Basic Email Information
Previous  Top  Next

What Is Junk Mail and Why Does It Happen?  

Junk mail, also known as spam, is unsolicited mail sent to you from automated systems hoping to get you interested in some product or service. There are two reasons junk mail is popular. First, some people do respond to it, so there is money to be made. But the number of people who respond is very low compared to the number of email messages sent out. Therefore sending junk mail is only feasible if it's cheap to do. And that's the second reason – it is cheap! Whether you send one email or 1 million emails, the variable cost is essentially zero. There are companies who will sell an email list with millions of addresses in them for as little as $50. Spammers feed those addresses into an automatic email sender and off they go.  

How Does a Spammer Get Your Email Address?  

There are so many ways that spammers can get your email address, it's almost impossible to list them all. If your email address is on a webpage, it will be collected by an automated spider. If you have ever subscribed to an email newsletter, your email address may be distributed. Email addresses on free online email systems are readily available. Spammers also use algorithms to generate large numbers of potentially valid names at a particular domain to try and create valid email addresses. (When there's no cost to sending an email out, it's easy to just try millions of combinations in the hope of getting some real matches.) In an attempt to make their lists more valuable (i.e., with fewer invalid names), spammers will try sending test emails to the domain to see if the messages bounce back or are accepted, and use that information to weed out invalid email addresses.  

Rules vs. Permission Mechanisms  

There are a number of tools available that use rules to determine whether an email should be allowed through to your inbox. Rule-based systems examine all incoming email looking for patterns that indicate that the email is junk. For example, if the sequence '$$$' is seen at the beginning of a Subject line, the message is probably spam. But unfortunately, rule-based systems have many drawbacks and it is necessary to spend quite a lot of time managing those rules.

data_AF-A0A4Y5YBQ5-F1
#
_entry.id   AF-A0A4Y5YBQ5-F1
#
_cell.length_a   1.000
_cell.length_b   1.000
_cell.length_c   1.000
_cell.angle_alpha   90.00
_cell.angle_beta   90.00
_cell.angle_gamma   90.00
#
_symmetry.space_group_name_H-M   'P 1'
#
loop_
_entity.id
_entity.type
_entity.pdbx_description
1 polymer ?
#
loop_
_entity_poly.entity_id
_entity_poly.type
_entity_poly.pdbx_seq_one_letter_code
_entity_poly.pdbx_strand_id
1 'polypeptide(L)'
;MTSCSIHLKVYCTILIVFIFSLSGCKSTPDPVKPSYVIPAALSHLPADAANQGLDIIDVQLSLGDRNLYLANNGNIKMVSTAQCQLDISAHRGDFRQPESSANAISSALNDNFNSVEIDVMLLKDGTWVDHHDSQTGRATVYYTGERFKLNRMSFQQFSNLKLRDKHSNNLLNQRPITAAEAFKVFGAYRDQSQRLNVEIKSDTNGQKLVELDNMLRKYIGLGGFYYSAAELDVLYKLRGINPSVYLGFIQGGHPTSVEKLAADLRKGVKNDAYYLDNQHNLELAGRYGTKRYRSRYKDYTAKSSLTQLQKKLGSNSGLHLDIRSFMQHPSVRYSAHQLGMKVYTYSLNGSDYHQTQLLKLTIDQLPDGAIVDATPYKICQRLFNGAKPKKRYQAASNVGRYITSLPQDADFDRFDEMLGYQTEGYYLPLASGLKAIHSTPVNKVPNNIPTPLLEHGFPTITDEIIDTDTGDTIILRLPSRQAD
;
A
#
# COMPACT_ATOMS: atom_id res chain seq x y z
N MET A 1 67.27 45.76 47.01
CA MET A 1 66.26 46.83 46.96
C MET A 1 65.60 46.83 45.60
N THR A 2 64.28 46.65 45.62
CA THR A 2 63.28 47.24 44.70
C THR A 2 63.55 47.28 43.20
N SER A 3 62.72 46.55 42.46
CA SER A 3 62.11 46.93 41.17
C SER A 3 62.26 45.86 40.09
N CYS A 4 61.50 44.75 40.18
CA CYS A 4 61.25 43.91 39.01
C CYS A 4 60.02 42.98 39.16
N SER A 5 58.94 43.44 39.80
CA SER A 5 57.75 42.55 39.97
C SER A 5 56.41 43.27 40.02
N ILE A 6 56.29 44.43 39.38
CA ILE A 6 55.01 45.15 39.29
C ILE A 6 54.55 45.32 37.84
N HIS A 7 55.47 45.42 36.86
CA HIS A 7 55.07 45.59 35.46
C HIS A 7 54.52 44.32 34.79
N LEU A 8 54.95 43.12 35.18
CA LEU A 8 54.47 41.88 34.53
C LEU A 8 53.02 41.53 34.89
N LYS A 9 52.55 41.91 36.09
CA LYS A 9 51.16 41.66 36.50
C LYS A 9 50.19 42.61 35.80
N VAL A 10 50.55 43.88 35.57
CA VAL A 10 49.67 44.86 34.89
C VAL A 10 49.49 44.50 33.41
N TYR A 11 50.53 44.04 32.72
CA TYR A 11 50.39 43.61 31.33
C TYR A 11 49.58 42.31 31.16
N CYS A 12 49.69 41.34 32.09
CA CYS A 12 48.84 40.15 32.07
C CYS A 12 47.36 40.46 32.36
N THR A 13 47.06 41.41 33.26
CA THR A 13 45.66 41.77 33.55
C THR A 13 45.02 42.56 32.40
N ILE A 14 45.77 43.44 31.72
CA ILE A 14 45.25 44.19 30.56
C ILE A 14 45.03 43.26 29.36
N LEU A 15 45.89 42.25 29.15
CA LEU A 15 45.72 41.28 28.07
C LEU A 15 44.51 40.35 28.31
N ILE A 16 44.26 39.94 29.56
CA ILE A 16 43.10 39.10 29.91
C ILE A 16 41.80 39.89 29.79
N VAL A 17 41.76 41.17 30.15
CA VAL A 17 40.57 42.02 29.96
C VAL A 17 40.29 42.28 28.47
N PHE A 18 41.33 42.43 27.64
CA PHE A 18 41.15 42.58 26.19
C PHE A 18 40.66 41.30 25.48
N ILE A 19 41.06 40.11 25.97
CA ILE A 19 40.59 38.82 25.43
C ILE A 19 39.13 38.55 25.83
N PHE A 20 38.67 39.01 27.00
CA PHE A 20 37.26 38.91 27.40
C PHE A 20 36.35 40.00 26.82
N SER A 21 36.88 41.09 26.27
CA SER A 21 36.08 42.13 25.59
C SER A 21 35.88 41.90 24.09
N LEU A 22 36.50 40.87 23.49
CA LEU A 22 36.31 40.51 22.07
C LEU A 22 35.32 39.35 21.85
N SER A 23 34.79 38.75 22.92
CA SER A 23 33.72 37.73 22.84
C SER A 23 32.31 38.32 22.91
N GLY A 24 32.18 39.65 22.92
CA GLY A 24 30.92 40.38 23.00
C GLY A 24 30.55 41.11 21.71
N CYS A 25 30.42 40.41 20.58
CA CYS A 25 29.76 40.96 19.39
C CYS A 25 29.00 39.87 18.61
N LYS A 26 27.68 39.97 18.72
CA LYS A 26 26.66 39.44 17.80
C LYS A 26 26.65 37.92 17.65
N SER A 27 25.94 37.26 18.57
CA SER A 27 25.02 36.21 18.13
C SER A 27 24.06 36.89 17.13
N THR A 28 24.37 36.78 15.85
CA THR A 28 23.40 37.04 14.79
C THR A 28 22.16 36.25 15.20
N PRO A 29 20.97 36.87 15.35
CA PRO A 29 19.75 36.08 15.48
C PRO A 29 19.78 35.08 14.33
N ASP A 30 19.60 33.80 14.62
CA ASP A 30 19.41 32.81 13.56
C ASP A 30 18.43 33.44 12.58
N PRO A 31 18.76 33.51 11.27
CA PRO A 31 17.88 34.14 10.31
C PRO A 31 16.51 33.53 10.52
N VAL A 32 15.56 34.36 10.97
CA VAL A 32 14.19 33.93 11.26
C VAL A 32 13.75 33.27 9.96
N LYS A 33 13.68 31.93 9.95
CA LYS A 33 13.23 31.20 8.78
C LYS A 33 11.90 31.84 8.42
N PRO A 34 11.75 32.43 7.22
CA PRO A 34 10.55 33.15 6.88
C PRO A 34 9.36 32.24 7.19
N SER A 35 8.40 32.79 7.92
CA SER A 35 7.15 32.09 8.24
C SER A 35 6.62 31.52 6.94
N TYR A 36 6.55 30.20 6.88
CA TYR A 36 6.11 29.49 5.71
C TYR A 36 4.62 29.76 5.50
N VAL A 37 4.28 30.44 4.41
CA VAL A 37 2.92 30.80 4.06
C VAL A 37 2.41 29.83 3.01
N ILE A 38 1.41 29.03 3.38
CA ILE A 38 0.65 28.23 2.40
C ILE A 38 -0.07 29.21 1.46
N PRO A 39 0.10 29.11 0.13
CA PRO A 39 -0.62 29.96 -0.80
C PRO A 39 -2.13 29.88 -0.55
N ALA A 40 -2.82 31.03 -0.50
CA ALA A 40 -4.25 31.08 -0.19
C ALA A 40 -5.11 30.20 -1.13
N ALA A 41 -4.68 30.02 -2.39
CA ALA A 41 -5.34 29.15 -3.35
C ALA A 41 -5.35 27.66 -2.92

These systems have three main problems:  
·They allow some junk mail through because there's no rule that fits a particular message.  
·They block some messages that should be allowed through because something in a legitimate message matched a rule.  
·They require constant upgrading because as soon as a marketer is labeled a spammer, the marketer will find new innovative methods to start again.  
ChoiceMail One, an enhanced permission-based system with optional challenge/response support, works on a different premise. The presumption is that all emails are junk until proven otherwise or, to put it more bluntly, mail from an unknown sender is assumed to be junk until proven innocent. In particular, the onus is on the sender to start the process of proving his or her innocence.  

One concern that is sometimes raised is that a legitimate sender might not want to be bothered going through the registration process. In the ChoiceMail One model, our view is one of practicality and simplicity – if the sender doesn't take the time to register, then the message was not sufficiently important and you, the recipient, didn't need to see it anyway.  

How you choose to deal with this is up to you. Many ChoiceMail users review their unknown email periodically, just to make sure there is no legitimate message there. If you choose to do this, you will find that it takes only a few seconds. Looking through your unknown email list is far less intrusive than having all the unknown email actually reach your inbox, where you must then review all the email messages and delete the spam.  

Further, the latest version of ChoiceMail includes sophisticated analytic rules that you can choose to activate or disable, based on your own preferences. One of the reasons we included these rules was to reduce the amount of unknown email you have to review manually, should you choose to do so.  

We said some unkind (but true) things about rule-based spam filtering earlier. Therefore, we should tell you that our rules are not like those contained in other anti-spam products. Our competitors attempt to analyze the content of the message, with only limited success. Our rules examine the programming techniques used to build the message, because spammers use techniques that no legitimate sender would ever has reason to use. ChoiceMail One also lets you automatically delete mail based on the physical location of the server to which the URL link points (e.g., a large percentage of spam currently points to servers located in China). Our rules are not intended to be perfect – only to eliminate email you definitely do not want. Our challenge-response process takes care of the rest.  

As always with ChoiceMail One, which rules you activate is up to you because ChoiceMail One puts you in control.  

Another concern often raised (usually by competitors) is that challenge/response systems cause problems for mailing list systems because a message sent to a recipient on a mailing list would result in a challenge being sent to all members of the list. However, ChoiceMail is smart enough to recognize mailing lists and does not send a registration request to a list.